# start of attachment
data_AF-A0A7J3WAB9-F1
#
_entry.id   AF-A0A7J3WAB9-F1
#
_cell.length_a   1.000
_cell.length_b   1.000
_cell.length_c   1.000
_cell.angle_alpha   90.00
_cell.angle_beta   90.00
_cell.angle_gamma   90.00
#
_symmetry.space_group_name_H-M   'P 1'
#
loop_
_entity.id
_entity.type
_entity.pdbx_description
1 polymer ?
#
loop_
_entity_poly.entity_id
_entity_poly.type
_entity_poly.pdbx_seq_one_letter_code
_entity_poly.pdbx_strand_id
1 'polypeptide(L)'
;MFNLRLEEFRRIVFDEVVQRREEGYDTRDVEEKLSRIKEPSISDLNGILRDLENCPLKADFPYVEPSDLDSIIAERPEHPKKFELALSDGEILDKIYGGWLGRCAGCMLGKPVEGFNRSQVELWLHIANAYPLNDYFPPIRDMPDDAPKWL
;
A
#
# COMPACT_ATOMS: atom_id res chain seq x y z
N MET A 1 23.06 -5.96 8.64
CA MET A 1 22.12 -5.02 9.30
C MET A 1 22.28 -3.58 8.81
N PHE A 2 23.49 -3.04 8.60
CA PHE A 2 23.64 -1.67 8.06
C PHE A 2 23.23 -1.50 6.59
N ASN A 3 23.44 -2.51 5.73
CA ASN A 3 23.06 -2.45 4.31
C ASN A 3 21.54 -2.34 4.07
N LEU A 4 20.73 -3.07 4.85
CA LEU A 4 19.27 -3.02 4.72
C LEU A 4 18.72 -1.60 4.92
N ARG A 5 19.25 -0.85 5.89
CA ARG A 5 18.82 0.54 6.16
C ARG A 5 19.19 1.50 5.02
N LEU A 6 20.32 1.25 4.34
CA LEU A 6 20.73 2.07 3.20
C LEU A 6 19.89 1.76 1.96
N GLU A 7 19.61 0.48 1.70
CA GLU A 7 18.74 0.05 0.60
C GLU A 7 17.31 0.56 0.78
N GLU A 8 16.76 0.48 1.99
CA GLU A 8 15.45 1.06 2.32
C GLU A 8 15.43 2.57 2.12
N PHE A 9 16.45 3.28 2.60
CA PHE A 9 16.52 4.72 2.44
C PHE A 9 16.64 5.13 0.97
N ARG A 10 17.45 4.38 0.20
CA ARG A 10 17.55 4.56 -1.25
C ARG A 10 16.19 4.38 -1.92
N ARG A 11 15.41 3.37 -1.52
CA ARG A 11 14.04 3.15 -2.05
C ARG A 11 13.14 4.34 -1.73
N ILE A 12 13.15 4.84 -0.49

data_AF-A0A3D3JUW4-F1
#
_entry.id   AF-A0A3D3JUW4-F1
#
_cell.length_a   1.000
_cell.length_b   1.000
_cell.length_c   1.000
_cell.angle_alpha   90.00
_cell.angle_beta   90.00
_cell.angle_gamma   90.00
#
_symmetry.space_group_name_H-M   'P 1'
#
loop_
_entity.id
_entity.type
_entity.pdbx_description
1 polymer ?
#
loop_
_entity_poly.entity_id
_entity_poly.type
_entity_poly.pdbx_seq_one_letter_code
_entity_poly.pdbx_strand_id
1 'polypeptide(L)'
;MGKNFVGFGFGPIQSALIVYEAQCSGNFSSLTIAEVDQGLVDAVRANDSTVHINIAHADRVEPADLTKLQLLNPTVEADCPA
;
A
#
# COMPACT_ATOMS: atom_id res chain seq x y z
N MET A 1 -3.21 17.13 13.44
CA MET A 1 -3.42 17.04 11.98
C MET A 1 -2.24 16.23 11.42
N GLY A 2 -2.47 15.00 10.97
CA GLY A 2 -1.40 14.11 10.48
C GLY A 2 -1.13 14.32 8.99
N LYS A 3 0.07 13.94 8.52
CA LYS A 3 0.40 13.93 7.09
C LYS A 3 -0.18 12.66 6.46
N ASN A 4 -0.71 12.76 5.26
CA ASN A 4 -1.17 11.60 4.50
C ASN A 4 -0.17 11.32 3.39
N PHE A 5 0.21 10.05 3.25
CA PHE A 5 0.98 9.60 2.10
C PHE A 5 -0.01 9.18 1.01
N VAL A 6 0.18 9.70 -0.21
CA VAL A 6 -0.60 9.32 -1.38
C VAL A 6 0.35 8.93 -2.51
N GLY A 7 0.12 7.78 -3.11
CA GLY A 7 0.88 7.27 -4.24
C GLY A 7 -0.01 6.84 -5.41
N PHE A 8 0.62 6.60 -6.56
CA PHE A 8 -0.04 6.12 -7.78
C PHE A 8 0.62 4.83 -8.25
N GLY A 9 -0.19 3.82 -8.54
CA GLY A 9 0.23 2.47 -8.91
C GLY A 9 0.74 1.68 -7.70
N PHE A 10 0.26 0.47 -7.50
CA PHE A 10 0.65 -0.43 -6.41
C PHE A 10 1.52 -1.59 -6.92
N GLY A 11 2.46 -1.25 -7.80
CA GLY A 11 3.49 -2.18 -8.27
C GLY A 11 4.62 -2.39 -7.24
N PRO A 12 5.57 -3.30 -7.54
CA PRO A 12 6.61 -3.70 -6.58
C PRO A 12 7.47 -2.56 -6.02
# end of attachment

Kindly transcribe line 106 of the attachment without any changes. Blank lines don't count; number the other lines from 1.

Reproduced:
C ASN A 4 -0.17 11.32 3.39